This Center City spot isn’t your parents’ deli—and that’s just the way owner Michael Spector wants it. But there’s no question that Mom and Dad will easily be won over by his “modern Jewish deli” concept, latkes and all. The “four-bite” sliders actually require about a half-dozen attempts to finish, thanks to thick cuts of corned beef, turkey and pastrami, generously stacked on warm challah mini rolls and slathered with coleslaw and Russian dressing. Elsewhere on the menu there’s a melding of fun flavors, from the wasabi cream cheese and tobiko roe that add Asian interest to the reliable bagel and lox to a deli-fied version of eggs Benedict that swaps an English muffin for rye toast and bacon for grilled pastrami. For all of these creative liberties, homemade soups skew more traditional—think chicken noodle, split pea and a hearty wild mushroom barley—save for Bubby’s kitchen-sink pho, a riff on the Vietnamese soup that’s every bit as warming when spiked with corned beef, pastrami and matzo balls. 703 Chestnut St.;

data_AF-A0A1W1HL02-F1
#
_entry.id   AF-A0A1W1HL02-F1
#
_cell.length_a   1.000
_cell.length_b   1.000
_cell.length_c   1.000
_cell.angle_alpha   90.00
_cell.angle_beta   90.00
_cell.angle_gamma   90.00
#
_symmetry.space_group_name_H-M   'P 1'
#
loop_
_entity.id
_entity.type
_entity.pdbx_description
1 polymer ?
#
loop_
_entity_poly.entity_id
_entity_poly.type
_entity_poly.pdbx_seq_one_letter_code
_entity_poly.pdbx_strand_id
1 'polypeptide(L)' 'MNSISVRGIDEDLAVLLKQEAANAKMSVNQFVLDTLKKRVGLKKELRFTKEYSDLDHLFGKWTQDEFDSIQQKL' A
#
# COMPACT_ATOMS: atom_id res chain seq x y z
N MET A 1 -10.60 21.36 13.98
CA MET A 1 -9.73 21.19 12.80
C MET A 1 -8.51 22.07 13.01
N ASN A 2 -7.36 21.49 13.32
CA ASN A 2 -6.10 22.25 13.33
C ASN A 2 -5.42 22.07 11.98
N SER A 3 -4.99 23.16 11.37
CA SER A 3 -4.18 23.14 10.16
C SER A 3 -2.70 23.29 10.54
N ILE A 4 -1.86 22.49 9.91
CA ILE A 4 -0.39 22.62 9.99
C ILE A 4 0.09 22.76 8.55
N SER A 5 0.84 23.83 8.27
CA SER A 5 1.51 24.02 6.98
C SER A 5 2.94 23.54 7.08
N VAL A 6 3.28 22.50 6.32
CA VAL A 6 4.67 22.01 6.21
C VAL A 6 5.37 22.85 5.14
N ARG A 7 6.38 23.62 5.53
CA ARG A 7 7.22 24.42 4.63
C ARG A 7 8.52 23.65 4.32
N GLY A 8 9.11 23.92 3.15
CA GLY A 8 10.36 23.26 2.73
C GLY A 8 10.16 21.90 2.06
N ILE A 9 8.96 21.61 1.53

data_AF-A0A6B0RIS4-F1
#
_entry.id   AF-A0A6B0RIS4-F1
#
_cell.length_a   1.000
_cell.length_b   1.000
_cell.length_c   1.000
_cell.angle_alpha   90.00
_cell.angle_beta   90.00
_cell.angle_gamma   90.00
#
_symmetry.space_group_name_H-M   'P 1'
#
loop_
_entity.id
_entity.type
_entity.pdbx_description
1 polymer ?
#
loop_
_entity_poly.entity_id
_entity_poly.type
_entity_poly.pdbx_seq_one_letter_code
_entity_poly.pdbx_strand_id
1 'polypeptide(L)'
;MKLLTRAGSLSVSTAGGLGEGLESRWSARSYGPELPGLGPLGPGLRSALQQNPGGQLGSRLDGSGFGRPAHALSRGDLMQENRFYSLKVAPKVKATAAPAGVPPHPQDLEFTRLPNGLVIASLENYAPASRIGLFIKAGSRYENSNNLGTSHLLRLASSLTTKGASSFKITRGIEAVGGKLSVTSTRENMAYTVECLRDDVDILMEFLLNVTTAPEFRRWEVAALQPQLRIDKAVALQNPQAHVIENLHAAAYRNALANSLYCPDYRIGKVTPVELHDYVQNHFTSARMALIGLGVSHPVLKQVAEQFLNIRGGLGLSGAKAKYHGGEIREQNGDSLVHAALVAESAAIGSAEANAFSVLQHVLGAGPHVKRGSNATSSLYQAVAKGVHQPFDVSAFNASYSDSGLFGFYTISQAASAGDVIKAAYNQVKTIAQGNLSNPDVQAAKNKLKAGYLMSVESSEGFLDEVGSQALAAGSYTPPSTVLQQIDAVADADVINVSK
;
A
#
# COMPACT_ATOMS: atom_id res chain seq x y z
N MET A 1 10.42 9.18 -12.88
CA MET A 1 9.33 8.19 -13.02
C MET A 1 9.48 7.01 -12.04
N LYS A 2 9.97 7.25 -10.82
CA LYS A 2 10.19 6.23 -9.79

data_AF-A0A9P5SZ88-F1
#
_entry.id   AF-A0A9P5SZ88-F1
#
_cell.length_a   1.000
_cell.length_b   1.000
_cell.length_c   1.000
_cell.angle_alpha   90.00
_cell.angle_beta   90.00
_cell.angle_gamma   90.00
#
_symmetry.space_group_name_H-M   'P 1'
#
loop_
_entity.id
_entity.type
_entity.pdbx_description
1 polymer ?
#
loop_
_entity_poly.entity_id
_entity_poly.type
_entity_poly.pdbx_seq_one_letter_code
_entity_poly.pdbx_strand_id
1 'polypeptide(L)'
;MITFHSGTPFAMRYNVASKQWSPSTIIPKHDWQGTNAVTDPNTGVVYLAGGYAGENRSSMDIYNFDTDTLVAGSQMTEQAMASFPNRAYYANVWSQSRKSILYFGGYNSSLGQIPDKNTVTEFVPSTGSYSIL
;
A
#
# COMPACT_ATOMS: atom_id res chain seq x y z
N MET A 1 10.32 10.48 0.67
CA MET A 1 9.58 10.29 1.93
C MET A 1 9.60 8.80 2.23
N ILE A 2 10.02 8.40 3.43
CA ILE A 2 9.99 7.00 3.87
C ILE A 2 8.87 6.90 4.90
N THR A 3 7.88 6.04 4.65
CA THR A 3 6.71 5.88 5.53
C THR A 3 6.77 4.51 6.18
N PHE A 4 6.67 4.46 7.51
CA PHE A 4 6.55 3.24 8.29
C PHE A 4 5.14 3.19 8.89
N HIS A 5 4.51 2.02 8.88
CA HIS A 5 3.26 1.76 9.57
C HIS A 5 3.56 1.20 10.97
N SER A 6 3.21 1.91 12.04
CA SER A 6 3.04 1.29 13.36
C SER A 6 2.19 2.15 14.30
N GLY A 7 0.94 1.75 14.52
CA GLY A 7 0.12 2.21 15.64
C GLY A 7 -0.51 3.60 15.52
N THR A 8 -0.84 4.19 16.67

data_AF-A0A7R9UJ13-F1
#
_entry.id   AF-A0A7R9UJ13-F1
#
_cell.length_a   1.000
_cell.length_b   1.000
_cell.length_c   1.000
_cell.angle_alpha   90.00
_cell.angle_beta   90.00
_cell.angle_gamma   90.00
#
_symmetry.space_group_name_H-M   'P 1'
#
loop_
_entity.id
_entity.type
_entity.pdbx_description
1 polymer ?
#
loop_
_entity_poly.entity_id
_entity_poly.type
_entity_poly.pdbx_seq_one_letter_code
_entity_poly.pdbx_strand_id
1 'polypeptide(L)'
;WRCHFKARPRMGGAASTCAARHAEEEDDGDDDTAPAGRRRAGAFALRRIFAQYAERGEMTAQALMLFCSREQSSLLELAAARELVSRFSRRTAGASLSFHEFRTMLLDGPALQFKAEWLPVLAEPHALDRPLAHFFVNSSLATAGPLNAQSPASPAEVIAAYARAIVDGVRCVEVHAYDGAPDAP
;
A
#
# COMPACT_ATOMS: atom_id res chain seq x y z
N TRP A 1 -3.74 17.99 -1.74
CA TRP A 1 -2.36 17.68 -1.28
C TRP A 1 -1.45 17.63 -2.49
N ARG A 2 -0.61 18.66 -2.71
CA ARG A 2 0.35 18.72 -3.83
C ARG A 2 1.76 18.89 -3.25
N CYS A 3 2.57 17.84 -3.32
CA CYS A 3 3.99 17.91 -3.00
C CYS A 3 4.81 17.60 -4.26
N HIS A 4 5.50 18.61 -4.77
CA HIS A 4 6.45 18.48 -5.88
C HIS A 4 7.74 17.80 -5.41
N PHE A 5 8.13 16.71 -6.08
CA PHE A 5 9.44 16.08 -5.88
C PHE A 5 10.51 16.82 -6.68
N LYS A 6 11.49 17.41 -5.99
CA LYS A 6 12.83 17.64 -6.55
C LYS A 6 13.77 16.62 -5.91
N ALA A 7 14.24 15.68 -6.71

What Savona may lack in square footage it makes up for handsomely by tailoring its intimate interiors around the atmospheric whims of its well-heeled guests. A sleek, marble-topped bar sets the scene for impromptu casual dining and creative cocktailing at its finest, and serves as a meeting place for groups before they transition over to a table in one of the dusky dining rooms, a sun-soaked rear solarium or even the wood-polished wine cellar. Soups such as the ribolitta Tuscan white bean soup and Reggiano melt are first-course mainstays, but there are seasonal creations to consider as well, like the new potato soup with warm mussel salad. Savona’s regional Italian influences are further echoed in modern creations like cavatelli with braised pork shoulder and Tuscan kale or tender, silky scallops resting atop a bed of butternut squash risotto. Despite the dizzying wine selection, an award-winning assortment of more than 1,000 labels, master sommelier Melissa Monosoff presents her pedigreed charge in an accessible, friendly manner to knowledgeable and novice wine lovers alike. 100 Old Gulph Road, Gulph Mills;